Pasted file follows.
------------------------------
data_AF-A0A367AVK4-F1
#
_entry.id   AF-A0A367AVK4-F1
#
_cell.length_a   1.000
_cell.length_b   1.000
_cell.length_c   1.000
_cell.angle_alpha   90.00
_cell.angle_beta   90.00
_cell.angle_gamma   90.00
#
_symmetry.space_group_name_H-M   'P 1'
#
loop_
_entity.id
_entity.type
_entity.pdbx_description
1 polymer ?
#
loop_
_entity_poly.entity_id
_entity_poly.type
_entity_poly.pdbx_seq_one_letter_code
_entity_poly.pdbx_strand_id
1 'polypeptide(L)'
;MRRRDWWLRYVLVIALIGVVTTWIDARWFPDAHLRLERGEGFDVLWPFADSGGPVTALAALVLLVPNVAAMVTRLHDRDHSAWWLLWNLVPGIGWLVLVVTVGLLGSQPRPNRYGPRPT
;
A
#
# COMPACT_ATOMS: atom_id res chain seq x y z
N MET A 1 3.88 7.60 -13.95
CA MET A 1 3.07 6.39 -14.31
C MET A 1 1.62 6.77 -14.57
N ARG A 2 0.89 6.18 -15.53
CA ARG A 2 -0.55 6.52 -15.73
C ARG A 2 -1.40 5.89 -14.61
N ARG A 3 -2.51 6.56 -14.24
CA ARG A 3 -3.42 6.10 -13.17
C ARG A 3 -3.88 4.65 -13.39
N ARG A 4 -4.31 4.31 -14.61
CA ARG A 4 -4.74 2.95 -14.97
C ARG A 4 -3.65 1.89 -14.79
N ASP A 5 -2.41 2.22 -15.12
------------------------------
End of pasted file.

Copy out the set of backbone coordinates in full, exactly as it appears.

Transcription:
data_AF-A0A367AVK4-F1
#
_entry.id   AF-A0A367AVK4-F1
#
_cell.length_a   1.000
_cell.length_b   1.000
_cell.length_c   1.000
_cell.angle_alpha   90.00
_cell.angle_beta   90.00
_cell.angle_gamma   90.00
#
_symmetry.space_group_name_H-M   'P 1'
#
loop_
_entity.id
_entity.type
_entity.pdbx_description
1 polymer ?
#
loop_
_entity_poly.entity_id
_entity_poly.type
_entity_poly.pdbx_seq_one_letter_code
_entity_poly.pdbx_strand_id
1 'polypeptide(L)'
;MRRRDWWLRYVLVIALIGVVTTWIDARWFPDAHLRLERGEGFDVLWPFADSGGPVTALAALVLLVPNVAAMVTRLHDRDHSAWWLLWNLVPGIGWLVLVVTVGLLGSQPRPNRYGPRPT
;
A
#
# COMPACT_ATOMS: atom_id res chain seq x y z
N MET A 1 3.88 7.60 -13.95
CA MET A 1 3.07 6.39 -14.31
C MET A 1 1.62 6.77 -14.57
N ARG A 2 0.89 6.18 -15.53
CA ARG A 2 -0.55 6.52 -15.73
C ARG A 2 -1.40 5.89 -14.61
N ARG A 3 -2.51 6.56 -14.24
CA ARG A 3 -3.42 6.10 -13.17
C ARG A 3 -3.88 4.65 -13.39
N ARG A 4 -4.31 4.31 -14.61
CA ARG A 4 -4.74 2.95 -14.97
C ARG A 4 -3.65 1.89 -14.79
N ASP A 5 -2.41 2.22 -15.12